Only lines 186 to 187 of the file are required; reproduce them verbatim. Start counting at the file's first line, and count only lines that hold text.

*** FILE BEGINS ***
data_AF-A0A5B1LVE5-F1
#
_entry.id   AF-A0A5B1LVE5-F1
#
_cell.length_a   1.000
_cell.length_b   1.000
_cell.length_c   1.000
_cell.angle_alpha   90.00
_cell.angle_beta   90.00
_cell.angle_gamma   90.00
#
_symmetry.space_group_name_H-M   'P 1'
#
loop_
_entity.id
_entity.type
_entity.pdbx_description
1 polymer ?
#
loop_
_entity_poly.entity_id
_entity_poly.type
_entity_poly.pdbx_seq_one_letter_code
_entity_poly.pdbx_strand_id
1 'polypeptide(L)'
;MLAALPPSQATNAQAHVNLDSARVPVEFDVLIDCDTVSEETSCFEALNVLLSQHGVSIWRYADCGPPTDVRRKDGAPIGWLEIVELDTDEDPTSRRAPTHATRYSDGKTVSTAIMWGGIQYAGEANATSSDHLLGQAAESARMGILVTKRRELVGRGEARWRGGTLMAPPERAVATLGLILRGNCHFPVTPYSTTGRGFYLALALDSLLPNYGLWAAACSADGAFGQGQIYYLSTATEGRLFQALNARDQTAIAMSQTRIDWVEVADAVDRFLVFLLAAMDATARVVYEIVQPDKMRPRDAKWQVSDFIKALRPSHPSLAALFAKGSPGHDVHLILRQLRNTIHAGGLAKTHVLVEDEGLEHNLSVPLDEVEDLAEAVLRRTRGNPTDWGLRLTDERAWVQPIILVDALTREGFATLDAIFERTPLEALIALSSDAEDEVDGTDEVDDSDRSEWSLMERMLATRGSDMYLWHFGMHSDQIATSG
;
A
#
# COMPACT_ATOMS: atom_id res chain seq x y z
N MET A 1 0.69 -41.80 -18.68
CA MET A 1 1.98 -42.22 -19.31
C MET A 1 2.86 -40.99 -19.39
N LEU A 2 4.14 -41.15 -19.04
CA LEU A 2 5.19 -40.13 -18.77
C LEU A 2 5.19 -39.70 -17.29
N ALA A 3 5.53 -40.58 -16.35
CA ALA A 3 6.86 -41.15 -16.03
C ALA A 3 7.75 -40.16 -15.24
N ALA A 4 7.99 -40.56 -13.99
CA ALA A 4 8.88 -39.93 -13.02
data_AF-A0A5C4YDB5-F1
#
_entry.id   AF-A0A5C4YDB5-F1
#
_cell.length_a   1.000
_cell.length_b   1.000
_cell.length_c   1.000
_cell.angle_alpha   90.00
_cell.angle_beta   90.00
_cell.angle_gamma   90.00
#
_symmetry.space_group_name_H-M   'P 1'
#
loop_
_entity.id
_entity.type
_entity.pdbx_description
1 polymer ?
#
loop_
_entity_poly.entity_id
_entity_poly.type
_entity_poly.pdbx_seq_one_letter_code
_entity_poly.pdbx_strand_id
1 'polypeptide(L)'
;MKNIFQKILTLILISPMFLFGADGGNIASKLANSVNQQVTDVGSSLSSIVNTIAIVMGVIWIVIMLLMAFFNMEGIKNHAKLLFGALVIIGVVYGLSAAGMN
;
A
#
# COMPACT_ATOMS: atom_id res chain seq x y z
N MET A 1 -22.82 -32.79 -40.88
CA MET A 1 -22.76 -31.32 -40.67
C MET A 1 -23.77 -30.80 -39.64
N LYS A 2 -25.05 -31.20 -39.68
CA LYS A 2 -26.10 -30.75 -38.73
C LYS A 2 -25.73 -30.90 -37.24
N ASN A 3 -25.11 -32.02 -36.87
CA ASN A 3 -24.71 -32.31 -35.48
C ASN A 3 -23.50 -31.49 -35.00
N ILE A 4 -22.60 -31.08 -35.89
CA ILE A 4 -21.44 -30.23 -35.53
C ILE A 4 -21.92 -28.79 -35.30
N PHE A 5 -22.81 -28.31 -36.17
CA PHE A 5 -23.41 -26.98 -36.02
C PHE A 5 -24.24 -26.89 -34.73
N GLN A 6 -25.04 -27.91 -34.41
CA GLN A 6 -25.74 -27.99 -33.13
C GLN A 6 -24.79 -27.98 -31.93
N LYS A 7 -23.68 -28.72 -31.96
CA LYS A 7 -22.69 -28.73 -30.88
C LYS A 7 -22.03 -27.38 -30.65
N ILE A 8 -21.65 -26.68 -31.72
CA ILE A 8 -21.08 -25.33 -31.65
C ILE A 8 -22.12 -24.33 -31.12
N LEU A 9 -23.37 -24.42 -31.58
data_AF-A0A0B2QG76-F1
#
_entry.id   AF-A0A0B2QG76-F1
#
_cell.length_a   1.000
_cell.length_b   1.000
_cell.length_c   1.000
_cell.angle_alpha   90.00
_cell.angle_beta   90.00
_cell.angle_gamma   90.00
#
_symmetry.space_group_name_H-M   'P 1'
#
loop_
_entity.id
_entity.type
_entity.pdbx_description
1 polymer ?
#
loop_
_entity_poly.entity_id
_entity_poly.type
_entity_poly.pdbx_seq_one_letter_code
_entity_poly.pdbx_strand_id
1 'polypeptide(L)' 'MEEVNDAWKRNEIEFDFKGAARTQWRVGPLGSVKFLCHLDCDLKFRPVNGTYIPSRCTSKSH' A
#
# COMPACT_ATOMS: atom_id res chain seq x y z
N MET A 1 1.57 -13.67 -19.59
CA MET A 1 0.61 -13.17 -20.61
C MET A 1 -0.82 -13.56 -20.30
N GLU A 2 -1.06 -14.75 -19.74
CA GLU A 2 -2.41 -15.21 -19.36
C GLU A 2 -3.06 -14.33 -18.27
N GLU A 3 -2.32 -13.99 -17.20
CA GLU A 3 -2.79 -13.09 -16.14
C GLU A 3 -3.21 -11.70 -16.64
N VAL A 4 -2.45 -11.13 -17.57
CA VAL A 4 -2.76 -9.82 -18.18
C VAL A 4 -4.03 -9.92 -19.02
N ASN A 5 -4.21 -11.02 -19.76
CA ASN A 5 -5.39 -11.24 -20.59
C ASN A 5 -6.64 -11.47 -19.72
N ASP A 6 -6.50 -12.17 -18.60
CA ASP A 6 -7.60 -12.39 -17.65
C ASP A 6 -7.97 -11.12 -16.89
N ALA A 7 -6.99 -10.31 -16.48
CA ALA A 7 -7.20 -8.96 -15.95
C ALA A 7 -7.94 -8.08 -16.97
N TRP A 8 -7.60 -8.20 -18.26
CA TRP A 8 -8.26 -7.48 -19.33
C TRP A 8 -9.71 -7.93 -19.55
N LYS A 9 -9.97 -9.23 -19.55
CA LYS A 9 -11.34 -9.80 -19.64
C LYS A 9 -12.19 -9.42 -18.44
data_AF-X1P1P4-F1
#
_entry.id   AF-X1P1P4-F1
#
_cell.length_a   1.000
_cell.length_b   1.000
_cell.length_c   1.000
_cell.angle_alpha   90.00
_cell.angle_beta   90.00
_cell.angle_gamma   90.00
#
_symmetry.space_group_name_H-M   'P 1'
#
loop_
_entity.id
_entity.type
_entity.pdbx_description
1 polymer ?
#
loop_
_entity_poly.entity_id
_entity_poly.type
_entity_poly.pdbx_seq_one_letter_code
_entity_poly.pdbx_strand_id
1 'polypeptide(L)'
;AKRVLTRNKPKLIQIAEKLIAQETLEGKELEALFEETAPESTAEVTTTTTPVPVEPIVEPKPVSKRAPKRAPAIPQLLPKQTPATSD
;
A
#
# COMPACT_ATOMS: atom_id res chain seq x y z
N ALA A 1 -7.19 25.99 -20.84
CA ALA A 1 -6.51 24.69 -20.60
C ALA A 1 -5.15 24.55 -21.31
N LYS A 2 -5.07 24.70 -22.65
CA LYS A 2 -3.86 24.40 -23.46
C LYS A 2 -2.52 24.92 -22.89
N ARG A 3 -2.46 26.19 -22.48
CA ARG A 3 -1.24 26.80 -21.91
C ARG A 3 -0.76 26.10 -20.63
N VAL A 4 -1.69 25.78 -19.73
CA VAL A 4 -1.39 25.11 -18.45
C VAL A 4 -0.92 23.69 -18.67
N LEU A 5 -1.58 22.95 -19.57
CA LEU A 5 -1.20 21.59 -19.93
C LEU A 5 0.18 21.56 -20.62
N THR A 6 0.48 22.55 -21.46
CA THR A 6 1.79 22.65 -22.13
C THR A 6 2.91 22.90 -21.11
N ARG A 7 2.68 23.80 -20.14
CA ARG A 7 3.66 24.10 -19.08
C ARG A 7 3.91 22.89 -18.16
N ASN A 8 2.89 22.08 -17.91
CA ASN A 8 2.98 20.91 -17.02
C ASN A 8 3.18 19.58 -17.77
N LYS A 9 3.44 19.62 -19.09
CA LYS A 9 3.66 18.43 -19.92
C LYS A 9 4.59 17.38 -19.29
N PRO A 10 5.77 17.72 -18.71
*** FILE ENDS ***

C LYS A 2 -2.52 24.92 -22.89
N ARG A 3 -2.46 26.19 -22.48